As a comedian, if you’re willing to put yourself on the level of your audience and connect with them as an authentic human being – rather than performing by memory, or lecturing them on the way you see the world – you build trust. Once an audience trusts you, when one of your ideas doesn’t connect, they stay on board and are rooting for you to adjust and succeed with your next joke. Some comedians will badger an audience for not laughing, others will plug on in a rote, rehearsed way, but the ones who can take that bombed joke and build audience trust on a non-laugh by turning the attention to their own failure – those are the greats.

Just like performing stand-up, being a leader is rooted in being a human being first, and being a human means making mistakes.

Leaders: ask yourself, with whom would you rather work side-by-side? The person who works the same way every day, who has tall of the answers and never admits when they’re wrong? Or the person who is willing to try new things, who has questions and admits that they don’t have all of the answers, and is sometimes willing to laugh at themselves?

Be the leader you’d rather work with – that’s who your employees need you to be.

According to Cody, “The companies and leaders that’ll come out of this [pandemic] with the most success are the ones who show that they care. You need to let [your employees] know that it’s okay to not be okay.”

With this leadership mindset, you have permission to present your wild, outside-of-the-box idea to your team, and even if it fails miserably, remember, that’s what makes all of us human.

Watch the full interview HERE.

For more about Steve and Peppercomm, visit peppercomm.com

If you’re a leader and you want to develop to benefit from the results of using humor in the workplace, click here to set up a free consultation with Water Cooler Comedy.

12 Steps For Incorporating Humor Into Your Workplace

Now, more than ever, it is vital to laugh when it comes to work. Y’know… that thing we spend a majority of our lives doing and stressing about. With the seismic shift in what it means to work brought about by the pandemic (among other changes), refusing to allow humor to become a vital part of your workplace’s culture will not only impact happiness, it will hamper creativity, productivity, and the bottom line. Because using humor is not typically a behavior associated with leadership – or even the workplace – here are twelve guidelines for making your workplace more effective with humor.

*Note: Each workplace operates differently, containing its own unique cast of characters, policies, and culture, so by seeing these steps as guidelines for dealing with adversity and uncertainty, and not hard rules, you can adapt them to your own circumstances.

Step 1: Lean Into It

Be open to the fact that anything can be funny. No matter what situation you’re in, what difficult person you’re dealing with, or how hopeless you feel, someone out there has had it worse and been able to laugh. If 100 people heard your story, there would be 100 different perspectives, and by simply saying, “This is funny,” it creates a shift in yours.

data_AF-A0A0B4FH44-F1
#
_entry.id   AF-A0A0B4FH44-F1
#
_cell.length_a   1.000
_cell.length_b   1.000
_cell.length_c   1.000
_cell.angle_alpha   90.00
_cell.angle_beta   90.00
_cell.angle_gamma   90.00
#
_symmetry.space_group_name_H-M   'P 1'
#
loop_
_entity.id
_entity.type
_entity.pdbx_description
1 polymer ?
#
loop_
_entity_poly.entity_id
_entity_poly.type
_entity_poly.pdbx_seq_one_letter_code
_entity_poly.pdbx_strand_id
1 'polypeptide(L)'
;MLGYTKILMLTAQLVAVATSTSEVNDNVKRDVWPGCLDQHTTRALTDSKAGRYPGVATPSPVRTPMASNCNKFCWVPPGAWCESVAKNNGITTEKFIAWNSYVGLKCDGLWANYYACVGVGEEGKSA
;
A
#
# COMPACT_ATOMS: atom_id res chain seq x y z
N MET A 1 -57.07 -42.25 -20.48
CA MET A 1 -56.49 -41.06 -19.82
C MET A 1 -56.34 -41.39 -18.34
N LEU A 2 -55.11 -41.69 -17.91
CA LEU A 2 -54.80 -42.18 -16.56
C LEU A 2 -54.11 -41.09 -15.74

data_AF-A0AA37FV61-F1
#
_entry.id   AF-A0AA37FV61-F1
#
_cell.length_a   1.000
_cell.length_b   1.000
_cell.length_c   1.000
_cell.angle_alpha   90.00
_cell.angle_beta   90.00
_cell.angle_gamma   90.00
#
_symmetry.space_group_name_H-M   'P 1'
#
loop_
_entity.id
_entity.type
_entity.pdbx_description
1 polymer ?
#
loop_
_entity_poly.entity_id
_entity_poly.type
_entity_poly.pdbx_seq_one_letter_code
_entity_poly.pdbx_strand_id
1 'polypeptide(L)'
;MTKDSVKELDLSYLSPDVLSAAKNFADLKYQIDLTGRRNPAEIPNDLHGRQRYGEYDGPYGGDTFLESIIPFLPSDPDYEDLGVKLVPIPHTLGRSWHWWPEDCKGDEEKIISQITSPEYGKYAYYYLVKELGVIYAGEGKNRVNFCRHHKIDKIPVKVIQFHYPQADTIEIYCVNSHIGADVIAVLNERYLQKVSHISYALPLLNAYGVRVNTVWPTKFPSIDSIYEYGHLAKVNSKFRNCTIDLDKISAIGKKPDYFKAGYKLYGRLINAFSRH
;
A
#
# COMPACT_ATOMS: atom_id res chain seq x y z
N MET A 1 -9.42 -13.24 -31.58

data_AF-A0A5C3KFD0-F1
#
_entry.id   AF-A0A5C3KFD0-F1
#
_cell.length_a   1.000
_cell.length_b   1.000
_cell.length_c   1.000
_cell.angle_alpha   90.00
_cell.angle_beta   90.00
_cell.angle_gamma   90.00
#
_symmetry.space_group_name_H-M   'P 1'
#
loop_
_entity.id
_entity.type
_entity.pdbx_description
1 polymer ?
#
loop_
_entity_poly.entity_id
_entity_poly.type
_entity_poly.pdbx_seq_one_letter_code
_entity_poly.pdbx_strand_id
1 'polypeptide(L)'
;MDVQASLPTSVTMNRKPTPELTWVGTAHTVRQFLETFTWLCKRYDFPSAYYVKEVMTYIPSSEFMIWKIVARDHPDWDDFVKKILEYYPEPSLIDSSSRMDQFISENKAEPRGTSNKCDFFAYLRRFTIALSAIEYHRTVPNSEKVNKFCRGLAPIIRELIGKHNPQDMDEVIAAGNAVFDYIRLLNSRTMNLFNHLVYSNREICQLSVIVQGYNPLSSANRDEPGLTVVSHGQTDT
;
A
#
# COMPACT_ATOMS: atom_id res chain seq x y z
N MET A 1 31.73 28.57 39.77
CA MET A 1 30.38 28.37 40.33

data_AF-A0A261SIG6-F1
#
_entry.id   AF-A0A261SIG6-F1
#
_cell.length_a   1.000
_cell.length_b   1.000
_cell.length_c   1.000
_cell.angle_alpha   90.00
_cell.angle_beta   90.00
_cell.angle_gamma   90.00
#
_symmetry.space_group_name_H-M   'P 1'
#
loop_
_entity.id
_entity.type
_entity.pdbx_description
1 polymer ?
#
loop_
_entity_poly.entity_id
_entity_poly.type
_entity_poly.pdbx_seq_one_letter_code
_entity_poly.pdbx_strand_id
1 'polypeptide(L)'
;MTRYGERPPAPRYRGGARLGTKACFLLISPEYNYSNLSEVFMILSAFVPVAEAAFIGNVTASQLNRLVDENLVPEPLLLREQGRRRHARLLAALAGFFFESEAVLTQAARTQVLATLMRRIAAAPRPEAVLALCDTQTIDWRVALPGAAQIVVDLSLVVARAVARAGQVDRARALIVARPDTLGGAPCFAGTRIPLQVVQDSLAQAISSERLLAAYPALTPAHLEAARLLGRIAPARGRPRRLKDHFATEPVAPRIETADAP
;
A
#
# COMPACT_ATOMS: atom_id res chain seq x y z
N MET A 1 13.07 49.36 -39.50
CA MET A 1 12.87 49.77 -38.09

Step 2: Start From Where You Are

Look around you and take note of everything that’s happening. What do you see? What’s going on? What are your thoughts? How do your thoughts make you feel? What actions are you taking? Are things going as planned? If not, how are they being addressed? What is and isn’t working? What are people saying? What do you have control over? What do you not? What skills, talents, and tools do you have at your disposal? Why so many questions? Because asking yourself questions that force you to provide objective answers can lead you to new solutions.

Step 3: Know From Whence You Came

What victories have you had in the past? How have you grown? How did you respond to defeats? Are there cringeworthy moments? Regrets? Things you wish you had done? Remember, you have no control over the past, but you do have control over your perspective of it and the actions you take based on that.

Step 4: Know Where You Want To Go And Why

Before starting anything, you need a goal and a why. For example, the intent of every comedian should be to leave their audience feeling better than they were when they arrived. As a leader, shouldn’t this be your goal too? In this case, your “audience” includes your employees, coworkers, customers, and clients, and inspiring positive emotions based on your interactions not only makes both of you feel better, it provides an energy boost that will have you doing better too.

Step 5: Be Authentic

Watching someone try to be funny is so painful because they’re trying to get a reaction, rather than sharing something that actually made them laugh. Don’t be that guy. If it isn’t funny to you, it’s going to be even less funny to others. Be true to yourself – if you’re not typically the person who makes wisecracks, people will start giving you funny looks and wondering if you’re okay. You don’t have to use humor to appreciate the humor in a situation.

Step 6: Provide A Safe Space For Creativity And Discovery

If you want your creativity to flourish when it comes to problem-solving, you gotta give it the space to do so. Instead of shooting down your own ideas before you have a chance to explore them by telling yourself “There’s no way this works,” enter the creative space by assuming it will work, use that as your starting point, and work backwards.